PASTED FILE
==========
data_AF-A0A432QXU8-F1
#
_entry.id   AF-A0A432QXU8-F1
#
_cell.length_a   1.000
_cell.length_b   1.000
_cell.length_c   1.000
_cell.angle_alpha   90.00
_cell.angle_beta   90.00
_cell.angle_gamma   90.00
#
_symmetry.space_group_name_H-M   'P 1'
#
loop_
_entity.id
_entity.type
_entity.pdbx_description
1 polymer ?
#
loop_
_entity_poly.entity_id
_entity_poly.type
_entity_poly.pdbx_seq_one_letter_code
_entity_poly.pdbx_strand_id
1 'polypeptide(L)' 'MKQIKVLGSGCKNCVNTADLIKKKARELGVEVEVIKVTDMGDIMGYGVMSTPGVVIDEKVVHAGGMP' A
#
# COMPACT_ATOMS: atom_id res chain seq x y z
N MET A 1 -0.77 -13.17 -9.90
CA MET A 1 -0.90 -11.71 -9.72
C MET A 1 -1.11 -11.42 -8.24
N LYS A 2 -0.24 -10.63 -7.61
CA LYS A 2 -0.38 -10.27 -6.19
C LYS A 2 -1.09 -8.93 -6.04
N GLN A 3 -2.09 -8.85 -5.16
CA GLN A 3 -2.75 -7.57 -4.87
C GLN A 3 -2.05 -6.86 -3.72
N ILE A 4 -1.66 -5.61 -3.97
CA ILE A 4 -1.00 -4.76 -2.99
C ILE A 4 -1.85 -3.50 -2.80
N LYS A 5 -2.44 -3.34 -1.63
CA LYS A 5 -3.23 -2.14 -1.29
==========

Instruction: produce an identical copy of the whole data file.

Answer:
data_AF-A0A432QXU8-F1
#
_entry.id   AF-A0A432QXU8-F1
#
_cell.length_a   1.000
_cell.length_b   1.000
_cell.length_c   1.000
_cell.angle_alpha   90.00
_cell.angle_beta   90.00
_cell.angle_gamma   90.00
#
_symmetry.space_group_name_H-M   'P 1'
#
loop_
_entity.id
_entity.type
_entity.pdbx_description
1 polymer ?
#
loop_
_entity_poly.entity_id
_entity_poly.type
_entity_poly.pdbx_seq_one_letter_code
_entity_poly.pdbx_strand_id
1 'polypeptide(L)' 'MKQIKVLGSGCKNCVNTADLIKKKARELGVEVEVIKVTDMGDIMGYGVMSTPGVVIDEKVVHAGGMP' A
#
# COMPACT_ATOMS: atom_id res chain seq x y z
N MET A 1 -0.77 -13.17 -9.90
CA MET A 1 -0.90 -11.71 -9.72
C MET A 1 -1.11 -11.42 -8.24
N LYS A 2 -0.24 -10.63 -7.61
CA LYS A 2 -0.38 -10.27 -6.19
C LYS A 2 -1.09 -8.93 -6.04
N GLN A 3 -2.09 -8.85 -5.16
CA GLN A 3 -2.75 -7.57 -4.87
C GLN A 3 -2.05 -6.86 -3.72
N ILE A 4 -1.66 -5.61 -3.97
CA ILE A 4 -1.00 -4.76 -2.99
C ILE A 4 -1.85 -3.50 -2.80
N LYS A 5 -2.44 -3.34 -1.63
CA LYS A 5 -3.23 -2.14 -1.29